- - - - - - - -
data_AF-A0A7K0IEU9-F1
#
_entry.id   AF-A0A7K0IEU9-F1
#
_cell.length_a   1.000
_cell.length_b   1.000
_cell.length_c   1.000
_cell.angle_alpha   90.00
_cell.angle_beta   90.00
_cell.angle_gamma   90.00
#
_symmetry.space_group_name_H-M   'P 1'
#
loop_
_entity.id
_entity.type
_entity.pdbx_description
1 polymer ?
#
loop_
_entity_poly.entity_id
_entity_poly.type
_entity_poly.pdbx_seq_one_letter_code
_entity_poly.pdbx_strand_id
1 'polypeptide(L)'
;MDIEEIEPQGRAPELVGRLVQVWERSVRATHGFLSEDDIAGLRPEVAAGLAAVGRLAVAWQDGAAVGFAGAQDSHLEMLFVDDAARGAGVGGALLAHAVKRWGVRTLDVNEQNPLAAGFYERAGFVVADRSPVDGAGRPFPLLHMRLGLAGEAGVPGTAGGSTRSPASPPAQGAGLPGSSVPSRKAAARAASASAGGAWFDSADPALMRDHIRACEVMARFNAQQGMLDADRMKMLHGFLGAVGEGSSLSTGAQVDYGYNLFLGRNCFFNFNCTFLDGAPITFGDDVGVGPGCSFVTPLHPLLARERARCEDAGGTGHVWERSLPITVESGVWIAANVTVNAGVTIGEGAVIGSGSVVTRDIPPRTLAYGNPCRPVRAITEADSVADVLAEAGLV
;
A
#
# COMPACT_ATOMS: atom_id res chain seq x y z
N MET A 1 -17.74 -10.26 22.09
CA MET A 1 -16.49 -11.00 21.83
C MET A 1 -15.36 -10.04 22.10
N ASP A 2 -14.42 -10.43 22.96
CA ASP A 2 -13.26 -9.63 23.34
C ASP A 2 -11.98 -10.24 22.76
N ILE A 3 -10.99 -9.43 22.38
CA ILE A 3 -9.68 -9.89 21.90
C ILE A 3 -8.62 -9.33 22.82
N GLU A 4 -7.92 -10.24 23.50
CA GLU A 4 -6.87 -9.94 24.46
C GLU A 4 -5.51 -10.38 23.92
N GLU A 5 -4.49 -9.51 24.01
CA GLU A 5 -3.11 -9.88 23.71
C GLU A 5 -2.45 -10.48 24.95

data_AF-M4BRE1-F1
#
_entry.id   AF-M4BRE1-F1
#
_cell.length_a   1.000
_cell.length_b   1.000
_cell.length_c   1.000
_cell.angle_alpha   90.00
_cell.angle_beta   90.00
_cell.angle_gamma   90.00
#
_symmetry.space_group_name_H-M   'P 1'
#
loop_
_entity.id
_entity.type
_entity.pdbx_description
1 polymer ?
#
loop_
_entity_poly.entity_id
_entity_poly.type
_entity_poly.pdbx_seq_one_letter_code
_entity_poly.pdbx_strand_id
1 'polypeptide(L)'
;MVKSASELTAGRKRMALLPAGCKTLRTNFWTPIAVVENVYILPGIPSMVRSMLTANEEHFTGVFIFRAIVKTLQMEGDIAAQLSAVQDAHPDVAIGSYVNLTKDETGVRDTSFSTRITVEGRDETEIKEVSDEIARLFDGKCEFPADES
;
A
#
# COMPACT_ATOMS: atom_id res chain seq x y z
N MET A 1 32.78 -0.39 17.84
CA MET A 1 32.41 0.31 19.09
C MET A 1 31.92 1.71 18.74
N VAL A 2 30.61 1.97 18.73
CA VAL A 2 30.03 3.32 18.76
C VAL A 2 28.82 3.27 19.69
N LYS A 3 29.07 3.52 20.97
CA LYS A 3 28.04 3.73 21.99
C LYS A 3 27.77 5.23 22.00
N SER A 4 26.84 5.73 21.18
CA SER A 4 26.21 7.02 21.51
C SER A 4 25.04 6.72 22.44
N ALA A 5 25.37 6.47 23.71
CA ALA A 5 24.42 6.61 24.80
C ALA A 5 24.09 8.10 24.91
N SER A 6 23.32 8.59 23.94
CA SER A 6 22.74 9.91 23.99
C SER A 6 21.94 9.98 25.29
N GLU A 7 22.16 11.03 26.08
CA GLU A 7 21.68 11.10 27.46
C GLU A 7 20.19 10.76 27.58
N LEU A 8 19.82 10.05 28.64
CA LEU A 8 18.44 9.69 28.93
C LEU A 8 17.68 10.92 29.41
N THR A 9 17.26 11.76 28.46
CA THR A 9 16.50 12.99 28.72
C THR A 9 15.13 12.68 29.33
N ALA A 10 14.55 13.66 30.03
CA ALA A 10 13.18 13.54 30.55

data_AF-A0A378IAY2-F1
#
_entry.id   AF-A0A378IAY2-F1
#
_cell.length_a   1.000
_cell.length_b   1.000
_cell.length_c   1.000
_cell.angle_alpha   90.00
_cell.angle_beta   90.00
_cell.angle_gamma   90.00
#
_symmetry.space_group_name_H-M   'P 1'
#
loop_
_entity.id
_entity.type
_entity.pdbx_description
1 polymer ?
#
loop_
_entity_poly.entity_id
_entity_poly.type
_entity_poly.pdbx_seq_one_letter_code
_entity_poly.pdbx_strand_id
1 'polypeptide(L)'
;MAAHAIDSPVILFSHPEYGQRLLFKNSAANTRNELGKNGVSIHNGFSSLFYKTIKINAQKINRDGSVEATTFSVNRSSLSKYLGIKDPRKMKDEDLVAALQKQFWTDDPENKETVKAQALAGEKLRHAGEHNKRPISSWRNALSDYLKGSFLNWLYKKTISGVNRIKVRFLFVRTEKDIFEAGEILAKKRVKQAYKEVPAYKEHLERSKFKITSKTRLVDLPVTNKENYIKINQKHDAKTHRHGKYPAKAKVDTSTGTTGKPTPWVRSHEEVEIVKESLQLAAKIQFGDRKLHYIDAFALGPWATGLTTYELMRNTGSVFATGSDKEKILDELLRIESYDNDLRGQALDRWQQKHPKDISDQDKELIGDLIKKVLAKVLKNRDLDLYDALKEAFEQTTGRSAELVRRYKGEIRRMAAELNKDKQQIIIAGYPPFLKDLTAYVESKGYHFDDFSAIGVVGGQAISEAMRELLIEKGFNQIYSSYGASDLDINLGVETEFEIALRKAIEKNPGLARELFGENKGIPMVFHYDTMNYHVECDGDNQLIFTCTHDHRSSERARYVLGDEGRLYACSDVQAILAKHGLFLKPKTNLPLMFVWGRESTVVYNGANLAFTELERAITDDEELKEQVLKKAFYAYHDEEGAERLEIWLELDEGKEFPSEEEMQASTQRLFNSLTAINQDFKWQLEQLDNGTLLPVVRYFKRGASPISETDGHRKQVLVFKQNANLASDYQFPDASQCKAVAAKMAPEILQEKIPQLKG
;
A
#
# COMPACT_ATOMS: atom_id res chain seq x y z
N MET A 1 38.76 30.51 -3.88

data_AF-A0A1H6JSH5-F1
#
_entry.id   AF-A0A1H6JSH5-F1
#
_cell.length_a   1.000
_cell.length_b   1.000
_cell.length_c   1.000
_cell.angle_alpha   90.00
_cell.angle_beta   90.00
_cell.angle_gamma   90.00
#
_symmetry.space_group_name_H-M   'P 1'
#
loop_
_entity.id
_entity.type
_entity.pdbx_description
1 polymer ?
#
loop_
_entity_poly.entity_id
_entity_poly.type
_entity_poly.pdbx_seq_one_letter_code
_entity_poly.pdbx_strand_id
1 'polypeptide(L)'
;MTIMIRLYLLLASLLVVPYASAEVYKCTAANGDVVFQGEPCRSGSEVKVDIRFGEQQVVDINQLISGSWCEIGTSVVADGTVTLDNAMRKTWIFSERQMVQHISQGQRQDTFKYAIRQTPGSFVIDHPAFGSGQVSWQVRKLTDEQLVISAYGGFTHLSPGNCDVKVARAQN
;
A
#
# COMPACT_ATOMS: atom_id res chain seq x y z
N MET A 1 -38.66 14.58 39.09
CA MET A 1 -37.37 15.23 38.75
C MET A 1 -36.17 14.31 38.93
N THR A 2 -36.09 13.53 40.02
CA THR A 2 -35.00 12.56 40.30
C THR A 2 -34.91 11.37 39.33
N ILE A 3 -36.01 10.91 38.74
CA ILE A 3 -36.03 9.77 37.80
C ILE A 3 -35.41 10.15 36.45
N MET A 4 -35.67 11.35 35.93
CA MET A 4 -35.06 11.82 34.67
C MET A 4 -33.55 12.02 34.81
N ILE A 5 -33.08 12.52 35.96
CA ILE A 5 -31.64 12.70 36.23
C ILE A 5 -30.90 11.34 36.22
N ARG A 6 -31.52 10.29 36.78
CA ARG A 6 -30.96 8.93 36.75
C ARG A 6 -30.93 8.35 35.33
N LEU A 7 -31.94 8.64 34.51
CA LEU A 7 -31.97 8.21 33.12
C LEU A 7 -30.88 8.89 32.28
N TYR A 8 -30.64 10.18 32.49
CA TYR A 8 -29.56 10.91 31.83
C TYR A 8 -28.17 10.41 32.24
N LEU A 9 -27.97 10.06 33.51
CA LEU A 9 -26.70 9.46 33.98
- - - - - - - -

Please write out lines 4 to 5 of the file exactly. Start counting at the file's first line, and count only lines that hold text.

#
_cell.length_a   1.000